So… my itty bitty Asus Windows laptop with a touch screen is kinda awesome. The Windows 8 “apps” that let me utilize them with the touch of a fingertip are really cool — especially the entertaining ones that let me spin items around three dimensionally.
I worked around the “no start” button by placing shortcuts on my desktop (including a folder of my most often used programs) forcing “My Computer” “Network” and “Control Panel” to show up on my desktop and making sure that I always remembered the Win+D shortcut so I could get back to my desktop easily every time Windows 8 decided to toss me somewhere OTHER than the desktop — and that happens a lot. I even utilized the trick of placing my desktop “app” in the upper left hand corner of the appy start-screen thingee, so I only had to hit return from there to automagically get back to the desktop where I could do real work. (You are all a-flutter with my high-brow tech-speak aren’tcha?)
Yeah, I know those icons on the side are called “charms” and I’m aware that a Windows coined a bunch of other new terms (and entire lingo) for this OS, but I refuse to play along.
I considered downgrading to Windows 7, but was stubborn. If I was going to switch back from several years of Mac goodness to Windows, I wasn’t going to relearn an outdated operating system. That just didn’t make sense. Besides, I had this cool feature-rich touch screen on my baby-laptop, and it seemed a shame to downgrade. So I struggled on… and on… and on.
Daily frustrations added up so quickly (every time I wanted to do something it required me to stop and go look up where it was — not how to do it, mind you, but how to FIND it). By the end of my work day, I was angry. Just generally pissed off at the world. But still I struggled on.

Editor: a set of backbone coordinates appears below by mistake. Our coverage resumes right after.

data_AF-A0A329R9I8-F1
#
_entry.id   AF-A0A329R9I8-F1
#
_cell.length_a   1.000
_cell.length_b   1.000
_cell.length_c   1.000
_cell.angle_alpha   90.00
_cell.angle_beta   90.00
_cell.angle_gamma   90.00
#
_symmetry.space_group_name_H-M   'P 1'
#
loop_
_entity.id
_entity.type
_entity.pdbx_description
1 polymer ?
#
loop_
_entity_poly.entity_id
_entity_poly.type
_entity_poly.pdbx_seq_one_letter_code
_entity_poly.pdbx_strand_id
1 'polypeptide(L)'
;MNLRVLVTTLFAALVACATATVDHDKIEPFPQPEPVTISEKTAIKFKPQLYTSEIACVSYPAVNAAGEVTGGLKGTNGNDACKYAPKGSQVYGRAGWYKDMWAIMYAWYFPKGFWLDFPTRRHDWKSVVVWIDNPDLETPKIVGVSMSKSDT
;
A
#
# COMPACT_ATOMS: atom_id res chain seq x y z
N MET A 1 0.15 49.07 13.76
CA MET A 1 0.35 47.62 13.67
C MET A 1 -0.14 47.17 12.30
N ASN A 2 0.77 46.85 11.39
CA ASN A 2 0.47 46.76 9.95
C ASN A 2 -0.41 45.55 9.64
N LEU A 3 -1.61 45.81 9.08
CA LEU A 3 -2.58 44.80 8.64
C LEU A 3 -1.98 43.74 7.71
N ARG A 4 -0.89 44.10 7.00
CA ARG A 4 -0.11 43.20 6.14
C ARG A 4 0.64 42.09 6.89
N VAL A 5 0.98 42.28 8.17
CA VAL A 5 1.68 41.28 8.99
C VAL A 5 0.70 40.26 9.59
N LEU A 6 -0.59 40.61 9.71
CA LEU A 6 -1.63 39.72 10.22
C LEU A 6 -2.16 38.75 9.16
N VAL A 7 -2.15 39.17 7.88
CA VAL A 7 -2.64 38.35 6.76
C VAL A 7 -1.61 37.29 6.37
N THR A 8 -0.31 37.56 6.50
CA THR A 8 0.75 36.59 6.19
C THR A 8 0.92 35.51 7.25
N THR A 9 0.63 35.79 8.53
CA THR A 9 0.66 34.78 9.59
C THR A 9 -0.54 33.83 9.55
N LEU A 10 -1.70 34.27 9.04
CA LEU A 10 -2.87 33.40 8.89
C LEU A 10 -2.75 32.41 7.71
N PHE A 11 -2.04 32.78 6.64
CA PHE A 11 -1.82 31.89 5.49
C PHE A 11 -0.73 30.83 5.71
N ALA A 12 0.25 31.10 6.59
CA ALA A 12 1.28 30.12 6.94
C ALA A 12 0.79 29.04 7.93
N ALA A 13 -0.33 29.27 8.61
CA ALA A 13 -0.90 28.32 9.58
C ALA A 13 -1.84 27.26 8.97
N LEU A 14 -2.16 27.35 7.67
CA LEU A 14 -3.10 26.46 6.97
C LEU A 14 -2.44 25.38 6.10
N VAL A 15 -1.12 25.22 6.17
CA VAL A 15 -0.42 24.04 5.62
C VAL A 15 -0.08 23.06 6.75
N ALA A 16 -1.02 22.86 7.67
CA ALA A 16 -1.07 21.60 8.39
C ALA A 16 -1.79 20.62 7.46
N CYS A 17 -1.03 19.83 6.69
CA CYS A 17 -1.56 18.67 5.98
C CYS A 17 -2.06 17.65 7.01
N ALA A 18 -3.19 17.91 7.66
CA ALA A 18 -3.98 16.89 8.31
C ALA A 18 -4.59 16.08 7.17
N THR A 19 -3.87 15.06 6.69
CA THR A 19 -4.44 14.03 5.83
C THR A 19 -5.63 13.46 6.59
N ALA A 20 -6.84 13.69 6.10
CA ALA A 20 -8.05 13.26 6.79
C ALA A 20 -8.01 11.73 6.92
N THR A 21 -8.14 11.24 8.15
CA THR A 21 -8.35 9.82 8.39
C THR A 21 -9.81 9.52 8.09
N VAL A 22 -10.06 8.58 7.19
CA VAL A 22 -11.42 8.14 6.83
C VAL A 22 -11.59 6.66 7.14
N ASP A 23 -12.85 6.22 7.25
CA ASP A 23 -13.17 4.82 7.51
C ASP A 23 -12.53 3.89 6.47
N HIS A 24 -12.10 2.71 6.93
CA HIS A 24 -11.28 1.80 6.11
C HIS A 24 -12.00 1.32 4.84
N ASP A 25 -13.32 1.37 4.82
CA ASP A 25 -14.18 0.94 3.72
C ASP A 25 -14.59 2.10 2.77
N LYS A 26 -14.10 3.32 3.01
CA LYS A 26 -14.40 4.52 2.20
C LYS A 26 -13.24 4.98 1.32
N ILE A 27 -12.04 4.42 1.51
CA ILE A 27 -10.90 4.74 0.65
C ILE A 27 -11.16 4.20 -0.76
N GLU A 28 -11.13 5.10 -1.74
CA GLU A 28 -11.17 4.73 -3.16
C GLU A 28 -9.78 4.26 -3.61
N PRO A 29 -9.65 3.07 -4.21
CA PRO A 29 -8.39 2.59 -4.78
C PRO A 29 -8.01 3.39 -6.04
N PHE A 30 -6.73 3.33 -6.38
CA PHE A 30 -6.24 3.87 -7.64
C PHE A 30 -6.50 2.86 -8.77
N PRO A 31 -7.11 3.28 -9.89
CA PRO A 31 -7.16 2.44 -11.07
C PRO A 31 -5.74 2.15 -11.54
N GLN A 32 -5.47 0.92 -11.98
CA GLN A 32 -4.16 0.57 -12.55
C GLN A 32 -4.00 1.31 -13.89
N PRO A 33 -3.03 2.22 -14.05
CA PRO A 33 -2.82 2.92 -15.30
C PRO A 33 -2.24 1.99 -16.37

I put in a good solid two months before I caved in and downgraded to Windows 7. It was that or throw my little computer to the side (or off a rooftop) and go back to my well-worn MacBook. I must say, I couldn’t be happier with the decision. So happy, in fact, I’ve dual-booted my iMac to have Mountain Lion on one boot and Windows 7 on the other.
Windows 7 is like “coming home” to Windows! I thought I’d just lost all my Windows mojo because I jumped ship to Mac. I thought Windows 8 proved that. I was wrong. I’m quite as capable of getting around into the deeper, techie side of things on Window 7 — just like I did with Windows 95, Millenium (don’t get me started on that one), Windows 2000 (my favorite until Win 7) and Windows XP. I never did Vista. I refused. Windows Vista is the reason I went to Linux/Mac. Seriously.
But now, I’m completely happy with Windows 7. I like the dual boot on the iMac — which has now become my primary work machine — and plan to dual boot my MacBook too — just as soon as I get around to ordering that uber-cool ssd/traditional hybrid hard drive I recently found on Amazon. Until then, I have one Windows-only machine, one Mac-only machine, and one dual-boot machine.
After giving it a good try — over two months of daily use (and I’m a power user!) — I must say that my recommendation is to avoid Windows 8. The idea was good — making a computer easy like a toaster. And if all you want is to play games, browse the internet and do an occasional text document, it’s fine. If you want to do anything more, it’s infuriating.
Windows 8 purposefully excludes power users by making it so blasted difficult to find anything. Even the short-cuts (and there are a TON of them) make no dang sense. There is nothing intuitive about Windows 8, unless you have a touch screen and can find what you want so you can “tap” it with a finger. And the “gestures” get in the way and pop up screens you DIDN’T want every time to try to accomplish something. (Or at least that’s what happened to me.) For those people with only a mouse option — I can’t imagine how they last a day. I wouldn’t have.